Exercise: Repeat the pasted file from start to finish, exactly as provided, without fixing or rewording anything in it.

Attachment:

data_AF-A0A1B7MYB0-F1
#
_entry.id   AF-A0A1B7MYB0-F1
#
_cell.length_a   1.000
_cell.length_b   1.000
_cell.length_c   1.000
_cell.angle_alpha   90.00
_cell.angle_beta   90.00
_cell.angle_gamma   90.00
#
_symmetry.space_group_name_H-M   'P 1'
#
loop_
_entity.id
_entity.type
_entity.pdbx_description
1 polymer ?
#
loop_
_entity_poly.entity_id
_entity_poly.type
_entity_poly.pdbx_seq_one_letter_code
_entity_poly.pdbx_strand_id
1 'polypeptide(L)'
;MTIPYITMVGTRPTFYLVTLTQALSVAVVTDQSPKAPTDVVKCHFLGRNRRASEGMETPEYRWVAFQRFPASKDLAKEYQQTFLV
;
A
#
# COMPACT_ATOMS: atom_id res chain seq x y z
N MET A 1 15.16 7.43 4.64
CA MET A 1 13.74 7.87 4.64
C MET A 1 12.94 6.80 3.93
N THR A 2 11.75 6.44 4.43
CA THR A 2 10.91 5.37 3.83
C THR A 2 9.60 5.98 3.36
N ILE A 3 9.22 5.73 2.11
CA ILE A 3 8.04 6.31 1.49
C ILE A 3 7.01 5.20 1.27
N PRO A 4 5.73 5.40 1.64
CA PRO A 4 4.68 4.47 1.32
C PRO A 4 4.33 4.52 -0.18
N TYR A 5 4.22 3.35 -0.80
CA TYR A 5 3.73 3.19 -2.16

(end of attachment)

data_AF-A0A1B7MYB0-F1
#
_entry.id   AF-A0A1B7MYB0-F1
#
_cell.length_a   1.000
_cell.length_b   1.000
_cell.length_c   1.000
_cell.angle_alpha   90.00
_cell.angle_beta   90.00
_cell.angle_gamma   90.00
#
_symmetry.space_group_name_H-M   'P 1'
#
loop_
_entity.id
_entity.type
_entity.pdbx_description
1 polymer ?
#
loop_
_entity_poly.entity_id
_entity_poly.type
_entity_poly.pdbx_seq_one_letter_code
_entity_poly.pdbx_strand_id
1 'polypeptide(L)'
;MTIPYITMVGTRPTFYLVTLTQALSVAVVTDQSPKAPTDVVKCHFLGRNRRASEGMETPEYRWVAFQRFPASKDLAKEYQQTFLV
;
A
#
# COMPACT_ATOMS: atom_id res chain seq x y z
N MET A 1 15.16 7.43 4.64
CA MET A 1 13.74 7.87 4.64
C MET A 1 12.94 6.80 3.93
N THR A 2 11.75 6.44 4.43
CA THR A 2 10.91 5.37 3.83
C THR A 2 9.60 5.98 3.36
N ILE A 3 9.22 5.73 2.11
CA ILE A 3 8.04 6.31 1.49
C ILE A 3 7.01 5.20 1.27
N PRO A 4 5.73 5.40 1.64
CA PRO A 4 4.68 4.47 1.32
C PRO A 4 4.33 4.52 -0.18
N TYR A 5 4.22 3.35 -0.80
CA TYR A 5 3.73 3.19 -2.16